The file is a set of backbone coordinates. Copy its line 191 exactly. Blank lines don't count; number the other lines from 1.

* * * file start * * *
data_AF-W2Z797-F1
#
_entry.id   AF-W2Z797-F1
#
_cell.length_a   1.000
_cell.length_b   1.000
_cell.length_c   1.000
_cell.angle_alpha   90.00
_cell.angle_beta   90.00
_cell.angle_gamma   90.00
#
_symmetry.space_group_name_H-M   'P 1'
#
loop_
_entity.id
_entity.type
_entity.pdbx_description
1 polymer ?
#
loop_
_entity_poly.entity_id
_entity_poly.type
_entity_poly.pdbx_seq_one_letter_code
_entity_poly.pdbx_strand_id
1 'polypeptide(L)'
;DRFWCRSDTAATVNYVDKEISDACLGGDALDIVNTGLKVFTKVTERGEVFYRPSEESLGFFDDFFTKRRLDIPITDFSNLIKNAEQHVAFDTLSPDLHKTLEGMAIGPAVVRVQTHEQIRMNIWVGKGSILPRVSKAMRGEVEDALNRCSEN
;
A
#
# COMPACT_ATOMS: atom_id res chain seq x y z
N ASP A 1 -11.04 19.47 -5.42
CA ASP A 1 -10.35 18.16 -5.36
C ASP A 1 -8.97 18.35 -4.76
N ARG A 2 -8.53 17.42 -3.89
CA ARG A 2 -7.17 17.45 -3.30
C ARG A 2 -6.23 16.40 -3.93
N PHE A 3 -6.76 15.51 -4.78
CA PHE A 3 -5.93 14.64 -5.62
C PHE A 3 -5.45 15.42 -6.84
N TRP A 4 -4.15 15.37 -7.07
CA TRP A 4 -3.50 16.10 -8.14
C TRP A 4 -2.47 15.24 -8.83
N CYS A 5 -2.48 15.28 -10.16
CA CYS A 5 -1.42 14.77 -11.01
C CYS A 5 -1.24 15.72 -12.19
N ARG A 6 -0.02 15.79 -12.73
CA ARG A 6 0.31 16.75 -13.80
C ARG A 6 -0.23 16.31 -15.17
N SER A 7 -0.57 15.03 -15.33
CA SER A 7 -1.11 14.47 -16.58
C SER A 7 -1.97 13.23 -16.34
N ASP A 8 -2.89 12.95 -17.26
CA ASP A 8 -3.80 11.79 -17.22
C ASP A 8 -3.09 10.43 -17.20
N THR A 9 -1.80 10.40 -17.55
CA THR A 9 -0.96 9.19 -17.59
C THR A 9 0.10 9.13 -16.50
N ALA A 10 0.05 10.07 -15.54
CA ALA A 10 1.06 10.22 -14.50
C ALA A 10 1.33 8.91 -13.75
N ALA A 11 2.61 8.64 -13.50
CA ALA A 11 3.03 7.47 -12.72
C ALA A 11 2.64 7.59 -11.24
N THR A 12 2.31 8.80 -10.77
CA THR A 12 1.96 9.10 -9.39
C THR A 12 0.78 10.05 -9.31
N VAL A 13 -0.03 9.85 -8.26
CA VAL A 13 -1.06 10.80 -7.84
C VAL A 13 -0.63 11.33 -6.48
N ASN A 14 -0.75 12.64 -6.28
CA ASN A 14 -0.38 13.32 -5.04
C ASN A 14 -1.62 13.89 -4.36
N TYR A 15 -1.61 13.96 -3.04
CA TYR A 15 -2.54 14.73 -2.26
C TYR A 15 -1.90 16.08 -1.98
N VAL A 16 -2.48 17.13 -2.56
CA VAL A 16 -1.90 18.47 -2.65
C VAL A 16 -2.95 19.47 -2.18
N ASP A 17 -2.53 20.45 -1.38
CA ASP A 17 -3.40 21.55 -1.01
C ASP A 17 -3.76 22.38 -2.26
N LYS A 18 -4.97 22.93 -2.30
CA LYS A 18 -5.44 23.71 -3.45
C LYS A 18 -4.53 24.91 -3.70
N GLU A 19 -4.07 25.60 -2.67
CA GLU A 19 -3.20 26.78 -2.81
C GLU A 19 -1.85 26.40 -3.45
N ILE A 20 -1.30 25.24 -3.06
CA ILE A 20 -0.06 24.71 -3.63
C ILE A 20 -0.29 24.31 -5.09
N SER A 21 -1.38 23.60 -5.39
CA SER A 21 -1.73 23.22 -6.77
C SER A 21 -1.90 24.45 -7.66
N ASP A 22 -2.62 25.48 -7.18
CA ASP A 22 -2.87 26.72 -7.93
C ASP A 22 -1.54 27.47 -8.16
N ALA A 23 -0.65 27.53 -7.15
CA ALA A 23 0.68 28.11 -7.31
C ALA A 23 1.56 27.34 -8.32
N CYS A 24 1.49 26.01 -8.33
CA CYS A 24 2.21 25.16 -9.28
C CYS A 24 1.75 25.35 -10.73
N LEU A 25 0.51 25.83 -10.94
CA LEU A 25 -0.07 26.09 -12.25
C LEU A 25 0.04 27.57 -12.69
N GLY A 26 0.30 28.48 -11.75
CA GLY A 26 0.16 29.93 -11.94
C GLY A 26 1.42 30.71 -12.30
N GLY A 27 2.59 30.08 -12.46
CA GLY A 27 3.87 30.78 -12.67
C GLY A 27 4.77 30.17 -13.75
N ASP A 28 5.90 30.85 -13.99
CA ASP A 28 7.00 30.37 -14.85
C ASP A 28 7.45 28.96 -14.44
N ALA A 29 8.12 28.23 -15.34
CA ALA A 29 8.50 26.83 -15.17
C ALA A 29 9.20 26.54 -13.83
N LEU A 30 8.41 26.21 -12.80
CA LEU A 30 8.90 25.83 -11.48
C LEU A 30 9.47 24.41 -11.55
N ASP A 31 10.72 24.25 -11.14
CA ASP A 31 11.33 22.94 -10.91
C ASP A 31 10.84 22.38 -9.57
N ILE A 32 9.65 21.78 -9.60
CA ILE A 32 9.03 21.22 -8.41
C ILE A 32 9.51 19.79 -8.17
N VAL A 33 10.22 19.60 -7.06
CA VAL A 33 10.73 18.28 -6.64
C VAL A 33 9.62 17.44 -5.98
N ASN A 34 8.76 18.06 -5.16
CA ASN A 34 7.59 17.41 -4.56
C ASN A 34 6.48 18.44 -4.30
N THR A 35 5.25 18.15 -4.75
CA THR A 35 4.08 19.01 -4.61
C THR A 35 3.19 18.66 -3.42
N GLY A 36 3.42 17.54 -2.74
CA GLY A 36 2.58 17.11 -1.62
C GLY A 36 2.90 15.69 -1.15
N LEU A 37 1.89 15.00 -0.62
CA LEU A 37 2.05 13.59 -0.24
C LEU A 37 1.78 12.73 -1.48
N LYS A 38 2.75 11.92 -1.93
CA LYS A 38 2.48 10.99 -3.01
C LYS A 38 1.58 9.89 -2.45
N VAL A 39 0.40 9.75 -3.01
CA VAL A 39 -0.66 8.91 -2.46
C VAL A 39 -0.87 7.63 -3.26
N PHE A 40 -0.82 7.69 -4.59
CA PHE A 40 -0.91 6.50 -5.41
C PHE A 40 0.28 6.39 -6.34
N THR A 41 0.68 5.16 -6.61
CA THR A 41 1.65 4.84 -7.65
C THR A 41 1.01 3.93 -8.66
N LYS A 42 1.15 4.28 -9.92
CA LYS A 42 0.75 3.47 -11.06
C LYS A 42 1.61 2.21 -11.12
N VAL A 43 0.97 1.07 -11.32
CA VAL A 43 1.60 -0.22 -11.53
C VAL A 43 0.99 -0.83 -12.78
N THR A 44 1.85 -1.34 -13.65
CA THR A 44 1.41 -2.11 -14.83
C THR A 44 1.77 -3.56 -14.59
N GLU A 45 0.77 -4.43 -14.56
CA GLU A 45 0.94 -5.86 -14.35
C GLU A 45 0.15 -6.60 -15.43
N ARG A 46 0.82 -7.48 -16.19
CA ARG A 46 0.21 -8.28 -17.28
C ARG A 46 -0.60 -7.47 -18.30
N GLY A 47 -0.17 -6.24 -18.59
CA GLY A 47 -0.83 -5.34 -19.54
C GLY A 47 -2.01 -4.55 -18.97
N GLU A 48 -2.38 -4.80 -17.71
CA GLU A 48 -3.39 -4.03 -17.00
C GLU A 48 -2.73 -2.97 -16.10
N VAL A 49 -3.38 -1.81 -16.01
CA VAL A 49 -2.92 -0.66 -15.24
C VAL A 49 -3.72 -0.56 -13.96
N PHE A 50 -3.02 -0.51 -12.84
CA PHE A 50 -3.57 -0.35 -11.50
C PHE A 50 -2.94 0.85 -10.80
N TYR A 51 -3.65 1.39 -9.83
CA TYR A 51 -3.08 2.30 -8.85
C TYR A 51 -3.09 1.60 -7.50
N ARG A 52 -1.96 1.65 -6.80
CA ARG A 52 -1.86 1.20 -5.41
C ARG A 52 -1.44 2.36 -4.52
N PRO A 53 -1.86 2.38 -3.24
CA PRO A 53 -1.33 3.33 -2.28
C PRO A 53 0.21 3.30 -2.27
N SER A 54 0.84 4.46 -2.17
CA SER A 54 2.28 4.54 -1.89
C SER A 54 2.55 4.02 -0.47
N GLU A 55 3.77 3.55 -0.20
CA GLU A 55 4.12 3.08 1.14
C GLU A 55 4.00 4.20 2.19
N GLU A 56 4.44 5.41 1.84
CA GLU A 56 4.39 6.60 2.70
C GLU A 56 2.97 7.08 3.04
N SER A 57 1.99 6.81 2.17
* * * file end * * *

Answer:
CA SER A 54 2.28 4.54 -1.89